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Exports may not reach the traditional mark of $5 billion this year

Jan-14 - 20, 2002

The textile industry, which is the mainstay of Pakistan's economy, is passing through difficult times due to uncertainty prevailing in the buyers market in the aftermath of September 11 incident especially in the United States.

Nadeem Maqbool, Chairman, All Pakistan Textile Mills Association (APTMA) told PAGE that inventories of the textile mills are piling up due to lack of fresh export orders. So far the industry was engaged in meeting the export orders already in the pipeline of the last year. There is a marked decline in fresh orders, which is the main cause of concern for the textile sector. Decline in the knitwear, yarn and gray cloth is noticeable and calls for immediate solution, he said.

Commenting on the EU package of incentives given to Pakistan, he said it would certainly result in enhancing exports from Pakistan. However it would be too early to comment on its total impact on our exports.

He appreciated that EU has waived duty across the board on Pakistan products except 5 items including yarn, Gray cloth, leather and leather products etc. Since these items are already much in demand duty will remain on these items, that however rest of the items and categories have been exempted from duty. Similarly 15 per cent increase in quota and enhanced accessibility will also help boosting the exports in the long run.

He however said that the textile industry is eagerly awaiting the incentive package from United States, which is the major buyer of Pakistani textiles. He expressed the hope that as a result of negotiations going on between Pakistan and the United States, a comprehensive package will certainly be announced by the United States to offset the adverse impact the industry is facing after September 11.

Nadeem Maqbool said that textile industry was well equipped to meet the future challenges. Under the on going balancing-modernization-replacement (BMR) process the textile industry has spent $500-600 million during last two years.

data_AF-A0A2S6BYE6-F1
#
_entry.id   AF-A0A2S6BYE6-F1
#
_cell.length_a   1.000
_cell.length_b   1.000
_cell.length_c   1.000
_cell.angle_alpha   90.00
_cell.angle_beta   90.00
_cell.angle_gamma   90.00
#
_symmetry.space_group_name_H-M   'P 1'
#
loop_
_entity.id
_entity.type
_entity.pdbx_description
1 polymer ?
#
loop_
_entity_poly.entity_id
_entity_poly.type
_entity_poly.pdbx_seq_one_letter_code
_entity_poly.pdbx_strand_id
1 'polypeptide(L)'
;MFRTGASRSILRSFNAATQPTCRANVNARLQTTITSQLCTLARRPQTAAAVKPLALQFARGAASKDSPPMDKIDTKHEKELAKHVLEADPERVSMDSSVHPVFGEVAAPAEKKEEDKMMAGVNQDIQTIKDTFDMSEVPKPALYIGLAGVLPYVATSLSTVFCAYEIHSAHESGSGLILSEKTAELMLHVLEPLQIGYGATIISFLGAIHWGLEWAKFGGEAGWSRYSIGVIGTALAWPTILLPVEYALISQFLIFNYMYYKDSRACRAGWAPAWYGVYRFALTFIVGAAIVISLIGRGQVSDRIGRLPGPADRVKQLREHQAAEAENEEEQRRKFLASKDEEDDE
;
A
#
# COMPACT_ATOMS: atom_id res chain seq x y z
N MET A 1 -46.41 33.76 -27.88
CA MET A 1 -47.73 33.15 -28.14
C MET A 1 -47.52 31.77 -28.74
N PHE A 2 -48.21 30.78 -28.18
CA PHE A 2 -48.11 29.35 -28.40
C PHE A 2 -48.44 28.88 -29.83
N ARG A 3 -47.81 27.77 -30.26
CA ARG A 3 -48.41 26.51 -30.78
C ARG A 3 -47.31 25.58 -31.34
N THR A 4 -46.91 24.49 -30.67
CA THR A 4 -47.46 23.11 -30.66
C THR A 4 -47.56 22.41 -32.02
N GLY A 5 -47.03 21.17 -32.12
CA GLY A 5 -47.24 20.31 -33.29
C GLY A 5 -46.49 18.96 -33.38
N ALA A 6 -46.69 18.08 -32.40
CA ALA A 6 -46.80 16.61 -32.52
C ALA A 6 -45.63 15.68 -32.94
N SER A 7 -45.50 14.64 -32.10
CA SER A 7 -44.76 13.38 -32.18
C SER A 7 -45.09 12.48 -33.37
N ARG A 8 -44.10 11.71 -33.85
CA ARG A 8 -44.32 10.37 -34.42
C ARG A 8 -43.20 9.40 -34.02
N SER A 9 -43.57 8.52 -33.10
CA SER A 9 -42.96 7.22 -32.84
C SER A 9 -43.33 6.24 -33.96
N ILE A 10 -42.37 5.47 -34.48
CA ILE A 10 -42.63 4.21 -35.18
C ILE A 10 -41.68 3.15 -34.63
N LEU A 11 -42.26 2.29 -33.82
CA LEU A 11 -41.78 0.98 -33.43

The APTMA chairman said that use of man-made fiber is increasing tremendously all over the world, but unfortunately it did not take place in Pakistan due to undue protection being given to 5 polyester fiber producing units. He said that even after payment of 25 per cent duty, the imported polyester fiber is cheaper than the locally produced polyester fiber. He strongly recommended that any sort of favour or consideration go against the principle of economics. If Pakistan textile industry was allowed to increase use of polyester fiber at least by 50 per cent, the industry will not only produce the export surplus but also certainly earn the precious foreign exchange for the country.


He said that nature was kind enough to Pakistan which is self-sufficient and producing enough cotton to meet the requirement of the industry. He however regretted that the involvement of the public sector in the cotton sector on the basis of help out the growers is one of the major causes of disturbance in smooth running of the textile affairs in Pakistan.

He said that the government for procurement of cotton has authorized Trading Corporation of Pakistan. He said that TCP lifting cotton at the support price but selling it in the export market at a much cheaper price. By doing this TCP is strengthening the hands of our competitors consequently adversely affecting the export-oriented units in Pakistan. He said that textile sector is willing to buy the entire lot of cotton stock held by TCP at international price provided TCP floats tenders for the sale of cotton. He strongly recommended that as far as fixation of cotton price is concerned, let the market forces prevail to determine the prices. He disagreed that the involvement of TCP helps the growers for a better return. He said that entire benefit never goes to the growers, a considerable portion of benefits given by the government goes into the pocket of the middlemen. He was of the view that if the involvement of the public sector was eliminated in the cotton affairs, the textile industry was capable enough to fulfil the needs of the growers in the country.

Meanwhile, in order to ascertain the actual impact on the textile and other exporting sector, the economic division of the US mission in Pakistan is conducting a survey. It is however feared that the way our industry is being run and in the absence of a proper data base actual impact on our external trade may not be possible.

Keeping in view the difficulties faced by the United States in granting concessions to Pakistan in textiles exports, both countries have started deliberations on a revised trade package in Washington.

Following discussion between Commerce Minister Abdul Razak Dawood and Pakistan's envoy to the US, Dr. Maleeha Lodhi, Secretary Commerce Mirza Qamar Beg air-dashed to Washington recently.

Pakistan was now asking the United States that the trade package be announced as early as possible so that Pakistan's textile export could pick up momentum.

The long awaited revised trade package has been prepared in consultation with Export Promotion Bureau and textile entrepreneurs, who had visited the US with the commerce minister.

Textile sector in Pakistan is pinning hopes to have a good trade package to accelerate pace of exports from Pakistan, currently on the decline.